So now we begin to look forward. Beth and I will be in contact with ECMN and Bishop Prior to plan for an interim priest and to look at putting together a search committee. We will gather together and consider what we have learned about ourselves during our time with Father Marcus. This is a chance for us to evaluate where we are and to make plans for moving forward: what we want to be sure to carry forward, what things we might want back that have changed, and yes, what might not have been tackled yet that we want to explore? We ask that each of you give prayerful consideration to these questions. They will be foundational to our Rector search.

We know the amazing strength of this parish and are confident we will become even stronger from the challenge that has been put in front of us. Please feel free to contact us with any questions or concerns.

Meredith Johnson, Senior Warden ( Beth Carlson, Junior Warden (

Dear Saint Paul’s,

It is with a mix of sadness and joy that I inform you that I offered my resignation to the Vestry on Monday, August 19. My last day as your priest will be Sunday, October 6, 2019. I have accepted a call to serve as the Dean of Formation for the Episcopal Church in Connecticut, a position that will also include serving as a Missional Priest-in- Charge of a faith community there.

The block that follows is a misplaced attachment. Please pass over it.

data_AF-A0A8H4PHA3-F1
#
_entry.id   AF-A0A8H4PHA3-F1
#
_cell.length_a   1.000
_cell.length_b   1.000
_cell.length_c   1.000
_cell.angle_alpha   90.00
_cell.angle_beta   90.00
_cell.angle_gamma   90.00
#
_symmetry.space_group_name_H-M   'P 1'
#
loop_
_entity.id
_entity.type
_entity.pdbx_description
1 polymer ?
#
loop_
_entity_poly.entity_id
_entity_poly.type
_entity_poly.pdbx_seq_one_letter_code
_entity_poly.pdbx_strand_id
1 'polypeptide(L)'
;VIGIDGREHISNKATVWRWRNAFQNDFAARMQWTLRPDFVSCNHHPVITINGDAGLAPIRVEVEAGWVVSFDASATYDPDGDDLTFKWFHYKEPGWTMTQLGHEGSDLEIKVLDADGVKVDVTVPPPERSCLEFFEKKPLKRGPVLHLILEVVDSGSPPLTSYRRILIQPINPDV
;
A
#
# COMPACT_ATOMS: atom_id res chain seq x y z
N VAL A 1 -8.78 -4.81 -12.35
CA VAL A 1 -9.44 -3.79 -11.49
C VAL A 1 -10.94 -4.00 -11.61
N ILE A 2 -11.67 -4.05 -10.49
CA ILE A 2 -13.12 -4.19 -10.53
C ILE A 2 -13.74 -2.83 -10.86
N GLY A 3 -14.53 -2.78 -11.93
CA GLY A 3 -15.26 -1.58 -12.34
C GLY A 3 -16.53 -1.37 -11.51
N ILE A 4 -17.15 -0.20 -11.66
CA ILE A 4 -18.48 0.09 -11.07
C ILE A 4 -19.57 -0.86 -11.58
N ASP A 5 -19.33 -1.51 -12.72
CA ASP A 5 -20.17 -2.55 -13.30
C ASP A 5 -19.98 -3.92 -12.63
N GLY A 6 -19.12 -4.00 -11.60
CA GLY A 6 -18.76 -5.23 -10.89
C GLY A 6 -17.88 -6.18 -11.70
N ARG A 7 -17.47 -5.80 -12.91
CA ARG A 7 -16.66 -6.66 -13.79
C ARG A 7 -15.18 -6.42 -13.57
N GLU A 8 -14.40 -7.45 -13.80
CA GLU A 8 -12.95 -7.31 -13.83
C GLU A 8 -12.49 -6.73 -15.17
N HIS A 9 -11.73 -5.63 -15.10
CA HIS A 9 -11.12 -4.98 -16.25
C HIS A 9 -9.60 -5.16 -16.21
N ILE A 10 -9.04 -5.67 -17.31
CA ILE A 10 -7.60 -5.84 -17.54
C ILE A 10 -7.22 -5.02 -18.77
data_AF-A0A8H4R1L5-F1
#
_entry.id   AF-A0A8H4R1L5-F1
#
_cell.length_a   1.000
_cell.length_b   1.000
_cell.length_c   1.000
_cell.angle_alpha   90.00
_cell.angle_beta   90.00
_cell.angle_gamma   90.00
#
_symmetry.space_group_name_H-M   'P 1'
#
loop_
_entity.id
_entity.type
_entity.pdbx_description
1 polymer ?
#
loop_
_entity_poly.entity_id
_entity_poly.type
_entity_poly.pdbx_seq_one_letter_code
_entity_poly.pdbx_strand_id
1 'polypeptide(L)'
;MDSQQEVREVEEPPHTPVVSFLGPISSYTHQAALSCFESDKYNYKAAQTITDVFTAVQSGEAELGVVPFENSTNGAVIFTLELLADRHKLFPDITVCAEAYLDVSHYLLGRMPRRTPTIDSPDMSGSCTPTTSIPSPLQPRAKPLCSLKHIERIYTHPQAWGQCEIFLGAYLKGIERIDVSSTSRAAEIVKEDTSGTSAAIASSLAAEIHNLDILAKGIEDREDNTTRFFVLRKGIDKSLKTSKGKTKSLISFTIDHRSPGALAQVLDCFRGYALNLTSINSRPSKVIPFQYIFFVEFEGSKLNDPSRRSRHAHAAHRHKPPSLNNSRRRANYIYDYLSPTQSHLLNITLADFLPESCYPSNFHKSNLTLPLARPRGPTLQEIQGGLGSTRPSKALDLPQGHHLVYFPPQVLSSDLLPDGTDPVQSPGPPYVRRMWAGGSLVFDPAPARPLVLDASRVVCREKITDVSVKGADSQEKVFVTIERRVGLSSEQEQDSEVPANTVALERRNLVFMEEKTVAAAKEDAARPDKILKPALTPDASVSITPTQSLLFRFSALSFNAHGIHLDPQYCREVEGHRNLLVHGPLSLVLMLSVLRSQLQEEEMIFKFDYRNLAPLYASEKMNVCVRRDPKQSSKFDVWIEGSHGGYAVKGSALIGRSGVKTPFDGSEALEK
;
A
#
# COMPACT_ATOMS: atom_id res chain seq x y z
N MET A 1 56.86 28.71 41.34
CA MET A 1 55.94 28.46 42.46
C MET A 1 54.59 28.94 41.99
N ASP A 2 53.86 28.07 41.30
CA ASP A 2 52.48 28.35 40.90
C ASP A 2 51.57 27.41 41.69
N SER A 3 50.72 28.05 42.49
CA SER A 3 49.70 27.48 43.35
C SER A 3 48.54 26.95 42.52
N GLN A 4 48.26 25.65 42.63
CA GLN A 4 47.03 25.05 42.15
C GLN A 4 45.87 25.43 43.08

Throughout my time as your Rector, I’ve tried to preach, teach, and exemplify a consistent message: each of us is called to grow in Christian maturity to meet the challenges and opportunities of being the Church in this new missional age. Our patron, Saint Paul the Apostle, calls this the “full stature of Christ” (Eph. 4:13). This means taking seriously our individual and collective calls to be leaders, not only within the walls of our parish but also in the wider community. Leading, especially in times of great change, means taking risks, being open to failure that leads to learning, collaborating with others, and standing firmly in our identity and purpose.